- The Washington Times - Thursday, May 20, 2004

About a dozen women who went to work in factories to support the U.S. effort during World War II attended a ceremony yesterday in which their sometimes-forgotten contribution was honored.

The ceremony, hosted by the Ford Motor Co., was held at the Women in Military Service for America Memorial at Arlington National Cemetery.

Featured in the ceremony was a collection of letters, photos and other memorabilia from many of the thousands of women who joined the war effort as part of the 1940s labor force popularized by “Rosie the Riveter,” the iconic poster image of a woman flexing her bicep and proclaiming “We Can Do It.”

In 1941, Delana Close was rehearsing for a college performance of “Madame Butterfly” in Utah when the Japanese attacked Pearl Harbor. A year later, a friend persuaded her to move to California, where she worked at a plant making howitzer field guns.

“We wanted to do anything we could to help the war effort,” said Mrs. Close, 81, a widow who lives in Columbus, Ohio.

Mary Louise Mohr’s late husband was a member of the Tuskegee Airmen — an all-black unit of fighter pilots from Alabama who gained fame for their exploits in the segregated Army Air Corps. While he was gunning down German planes, she was riveting airplane wings at a Ford plant in Detroit.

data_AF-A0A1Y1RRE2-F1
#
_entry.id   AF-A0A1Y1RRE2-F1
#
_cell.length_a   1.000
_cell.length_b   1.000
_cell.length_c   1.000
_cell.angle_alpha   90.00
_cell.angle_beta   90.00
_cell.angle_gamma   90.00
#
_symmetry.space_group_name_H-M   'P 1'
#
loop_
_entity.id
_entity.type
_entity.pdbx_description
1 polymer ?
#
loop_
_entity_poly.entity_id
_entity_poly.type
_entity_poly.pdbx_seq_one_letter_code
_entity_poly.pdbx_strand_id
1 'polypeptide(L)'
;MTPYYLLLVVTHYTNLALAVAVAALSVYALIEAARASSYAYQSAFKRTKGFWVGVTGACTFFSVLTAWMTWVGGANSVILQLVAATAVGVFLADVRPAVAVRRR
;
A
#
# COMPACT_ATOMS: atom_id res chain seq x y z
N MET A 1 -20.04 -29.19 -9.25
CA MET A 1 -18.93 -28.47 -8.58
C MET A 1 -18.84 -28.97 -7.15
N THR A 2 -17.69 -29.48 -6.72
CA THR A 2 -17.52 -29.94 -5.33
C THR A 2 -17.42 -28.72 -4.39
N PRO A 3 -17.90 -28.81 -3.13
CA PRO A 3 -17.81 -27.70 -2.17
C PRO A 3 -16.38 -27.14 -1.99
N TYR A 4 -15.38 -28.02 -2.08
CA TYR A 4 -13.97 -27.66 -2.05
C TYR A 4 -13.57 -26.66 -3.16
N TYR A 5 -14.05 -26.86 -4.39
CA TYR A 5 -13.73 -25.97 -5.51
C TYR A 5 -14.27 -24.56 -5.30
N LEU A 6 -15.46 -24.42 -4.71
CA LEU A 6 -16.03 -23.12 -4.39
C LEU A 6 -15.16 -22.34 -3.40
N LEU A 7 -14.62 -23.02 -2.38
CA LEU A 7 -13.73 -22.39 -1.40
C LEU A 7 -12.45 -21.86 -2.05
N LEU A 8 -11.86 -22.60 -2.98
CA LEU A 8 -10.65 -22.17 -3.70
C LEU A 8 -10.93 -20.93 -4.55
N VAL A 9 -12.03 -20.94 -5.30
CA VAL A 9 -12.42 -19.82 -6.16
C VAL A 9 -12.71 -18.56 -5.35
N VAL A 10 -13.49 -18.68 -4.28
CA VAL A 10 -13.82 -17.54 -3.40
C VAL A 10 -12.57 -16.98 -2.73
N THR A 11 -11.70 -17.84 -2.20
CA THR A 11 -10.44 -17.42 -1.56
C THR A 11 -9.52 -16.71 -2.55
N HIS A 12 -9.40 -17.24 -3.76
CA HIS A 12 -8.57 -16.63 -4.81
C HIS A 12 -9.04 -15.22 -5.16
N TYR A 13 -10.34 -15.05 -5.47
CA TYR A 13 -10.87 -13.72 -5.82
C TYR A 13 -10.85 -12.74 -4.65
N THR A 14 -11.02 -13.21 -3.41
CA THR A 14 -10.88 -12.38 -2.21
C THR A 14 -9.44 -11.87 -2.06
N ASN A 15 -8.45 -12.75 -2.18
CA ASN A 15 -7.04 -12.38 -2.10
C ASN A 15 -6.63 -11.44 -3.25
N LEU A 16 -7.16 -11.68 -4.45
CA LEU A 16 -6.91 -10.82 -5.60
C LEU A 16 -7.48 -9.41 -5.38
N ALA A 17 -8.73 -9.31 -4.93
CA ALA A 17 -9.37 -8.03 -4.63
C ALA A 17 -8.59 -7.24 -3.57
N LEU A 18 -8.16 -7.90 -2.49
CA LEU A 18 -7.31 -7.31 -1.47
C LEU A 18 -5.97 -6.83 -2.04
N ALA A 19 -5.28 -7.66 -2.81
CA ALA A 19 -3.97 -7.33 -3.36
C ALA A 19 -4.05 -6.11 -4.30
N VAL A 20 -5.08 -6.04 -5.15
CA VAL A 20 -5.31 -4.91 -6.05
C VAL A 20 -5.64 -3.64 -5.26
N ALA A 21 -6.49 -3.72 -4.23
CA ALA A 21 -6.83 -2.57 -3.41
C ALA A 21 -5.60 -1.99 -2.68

When asked yesterday what motivated her to join the labor effort, she replied: “Patriotism.”

“The main interest and thrust of my life was to help Uncle Sam,” said Mrs. Mohr, 81, who lives in Silver Spring.

Yesterday, Ford Group Vice President Anne Stevens praised the “Rosies” for taking on positions formerly thought impossible for women to fill.

“Their contribution to American history is immeasurable,” Miss Stevens said. “Their patriotism is absolutely beyond description.”

Academy Award-winning actress Sissy Spacek, who attended the ceremony, said she was “honored to be a part of recognizing these great women today.”

“Their hard work and sacrifice had no monument until today,” Miss Spacek said.

With help from the National Park Foundation, Ford Motor collected more than 7,500 stories and 150 artifacts, including photographs, uniforms and factory tools. The stories have been compiled into a book by women’s advocate and author Jennie Nash titled, “A Day With Rosie.”

The collection will be a part of the National Women’s History Museum’s new exhibit, “Partners in Winning the War,” which recognizes the contributions of all women during the war.

“We tried to acknowledge broadly what women did during World War II,” said museum President Susan Jolie.

After the exhibit closes this fall, all the stories and artifacts will be displayed at the new Rosie the Riveter/World War II Home Front National Park, which will open in Richmond, Calif., in 2006.

Meanwhile, a bipartisan group of congressmen earlier this month introduced a “Rosie the Riveter” resolution to honor the women who worked on the home front. The Senate passed the resolution Monday; the House is expected to approve the bill by Memorial Day.

The National Women’s History Museum will hold an open house on Sunday to celebrate the opening of the exhibit during Memorial Day weekend.

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